With fear and panic running rampant through society and social media, there are a lot of health myths floating around regarding prevention and treatments for COVID-19. Any information about the virus that does not come from a reputable source should never be taken at face value and should be fact-checked. That being said, sometimes it can be hard to tell the real from the fake, so here are three of the most popular health myths that you should avoid.
- There are no specific medications being used to prevent COVID-19.
There are lots of health myths floating around right now about what can be used to treat COVID-19. This has led to a lot of silly self-treatments and a shortage of medications that some people need to survive. Perhaps the most ridiculous of self-treatments is the consumption of chloroquine and hydroxychloroquine, particularly those getting it from fish tank cleaner.
While the anti-malarial chloroquine and hydroxychloroquine have been considered as treatments for COVID-19, they are dangerous drugs that can cause death without physician oversight. So, no, you shouldn’t drink fish tank cleaner that contains chloroquine phosphate or any fish tank cleaner for that matter. It’s best to avoid drinking any cleaning product that could strip the leather from a cow. Use your best judgment when it comes to social media treatment fads so you can best avoid health myths.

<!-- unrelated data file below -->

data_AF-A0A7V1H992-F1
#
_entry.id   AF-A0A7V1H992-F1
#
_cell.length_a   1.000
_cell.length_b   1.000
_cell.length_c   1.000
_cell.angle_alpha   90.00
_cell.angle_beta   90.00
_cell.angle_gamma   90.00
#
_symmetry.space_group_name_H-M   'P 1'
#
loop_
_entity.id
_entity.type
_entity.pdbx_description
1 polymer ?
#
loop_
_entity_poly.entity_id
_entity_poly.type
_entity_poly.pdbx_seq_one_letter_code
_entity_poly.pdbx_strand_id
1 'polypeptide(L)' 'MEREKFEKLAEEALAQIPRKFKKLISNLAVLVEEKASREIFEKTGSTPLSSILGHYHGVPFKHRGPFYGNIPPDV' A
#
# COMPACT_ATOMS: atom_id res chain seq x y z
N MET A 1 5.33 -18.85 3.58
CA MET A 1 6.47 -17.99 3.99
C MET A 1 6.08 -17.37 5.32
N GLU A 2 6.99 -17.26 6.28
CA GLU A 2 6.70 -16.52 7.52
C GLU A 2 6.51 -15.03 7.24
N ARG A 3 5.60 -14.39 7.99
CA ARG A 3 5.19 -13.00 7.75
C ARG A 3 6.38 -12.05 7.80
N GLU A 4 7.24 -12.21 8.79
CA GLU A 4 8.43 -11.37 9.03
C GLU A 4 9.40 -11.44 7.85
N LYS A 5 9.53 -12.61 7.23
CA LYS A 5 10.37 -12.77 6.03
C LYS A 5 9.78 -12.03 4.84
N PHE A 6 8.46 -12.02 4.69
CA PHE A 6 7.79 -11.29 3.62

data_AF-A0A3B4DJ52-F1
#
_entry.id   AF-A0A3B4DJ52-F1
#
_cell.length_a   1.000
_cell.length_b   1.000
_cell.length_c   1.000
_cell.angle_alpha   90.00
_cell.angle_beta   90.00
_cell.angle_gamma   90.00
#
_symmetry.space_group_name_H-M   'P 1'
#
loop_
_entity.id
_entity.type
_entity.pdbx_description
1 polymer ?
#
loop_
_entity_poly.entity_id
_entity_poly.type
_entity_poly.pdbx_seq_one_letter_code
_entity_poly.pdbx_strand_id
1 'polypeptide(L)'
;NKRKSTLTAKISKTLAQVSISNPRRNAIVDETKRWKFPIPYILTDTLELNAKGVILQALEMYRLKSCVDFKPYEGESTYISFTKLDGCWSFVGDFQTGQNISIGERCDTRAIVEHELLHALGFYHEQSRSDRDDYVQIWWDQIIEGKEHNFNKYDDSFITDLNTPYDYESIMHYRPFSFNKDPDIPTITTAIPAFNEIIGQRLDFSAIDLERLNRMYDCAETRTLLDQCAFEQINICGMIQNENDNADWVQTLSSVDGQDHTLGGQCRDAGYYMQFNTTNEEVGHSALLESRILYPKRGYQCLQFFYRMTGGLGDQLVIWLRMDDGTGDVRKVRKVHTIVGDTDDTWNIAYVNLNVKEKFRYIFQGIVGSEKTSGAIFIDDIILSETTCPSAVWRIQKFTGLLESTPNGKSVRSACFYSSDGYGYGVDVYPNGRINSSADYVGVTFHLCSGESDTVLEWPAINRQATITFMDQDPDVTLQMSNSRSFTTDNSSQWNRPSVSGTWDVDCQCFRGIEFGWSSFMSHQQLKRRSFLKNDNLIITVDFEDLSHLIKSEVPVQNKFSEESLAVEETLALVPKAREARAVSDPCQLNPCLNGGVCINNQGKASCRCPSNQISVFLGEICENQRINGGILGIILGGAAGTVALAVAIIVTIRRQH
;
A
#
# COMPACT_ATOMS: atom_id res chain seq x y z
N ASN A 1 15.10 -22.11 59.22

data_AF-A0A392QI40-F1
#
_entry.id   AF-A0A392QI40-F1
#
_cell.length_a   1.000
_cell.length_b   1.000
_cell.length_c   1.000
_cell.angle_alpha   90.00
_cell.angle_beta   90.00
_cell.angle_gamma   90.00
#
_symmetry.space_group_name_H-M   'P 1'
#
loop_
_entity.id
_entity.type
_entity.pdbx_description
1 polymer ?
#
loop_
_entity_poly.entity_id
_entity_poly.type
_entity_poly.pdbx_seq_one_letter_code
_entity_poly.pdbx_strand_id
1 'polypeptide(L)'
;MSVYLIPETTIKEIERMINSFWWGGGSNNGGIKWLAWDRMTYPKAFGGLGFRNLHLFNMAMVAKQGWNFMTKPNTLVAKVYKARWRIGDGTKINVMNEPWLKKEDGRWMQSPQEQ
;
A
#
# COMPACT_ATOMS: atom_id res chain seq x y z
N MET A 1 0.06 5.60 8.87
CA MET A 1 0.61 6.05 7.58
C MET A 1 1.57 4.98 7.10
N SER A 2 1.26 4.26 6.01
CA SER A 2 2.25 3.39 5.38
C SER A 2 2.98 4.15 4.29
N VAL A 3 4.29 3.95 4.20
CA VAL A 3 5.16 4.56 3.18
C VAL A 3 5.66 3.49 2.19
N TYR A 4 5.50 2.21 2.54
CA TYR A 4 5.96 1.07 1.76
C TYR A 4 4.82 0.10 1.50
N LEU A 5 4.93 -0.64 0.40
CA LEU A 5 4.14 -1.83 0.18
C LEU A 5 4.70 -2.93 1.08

- COVID-19 can survive in hot environments.
The novel coronavirus has thrived in the cold, spreading across the globe in the winter months. In addition, hand-washing procedures that emphasize the power of hot water with the added power of soap have become commonplace. This has led some to suggest that the warmer spring and summer weather will be the ultimate weapon against COVID-19.
However, the seasonality of diseases like the flu comes from its airborne transmission. But experts don’t believe COVID-19 is spread the same way. Basically, COVID-19 can endure the summer heat; it is simply more viable in the cold.
- Vitamin supplements and essential oils have no documented effect on COVID-19.
Some people make it their life’s goal to rag on supplements and essential oils. Other people believe so steadfastly in them that vaccines and other traditional treatments make them weary. But, when it comes to COVID-19, neither vitamin supplements or essential oils have been proven to affect the virus.
While both have their benefits and can help to alleviate stress or depression deriving from the virus, they are not a cure and should be treated as such.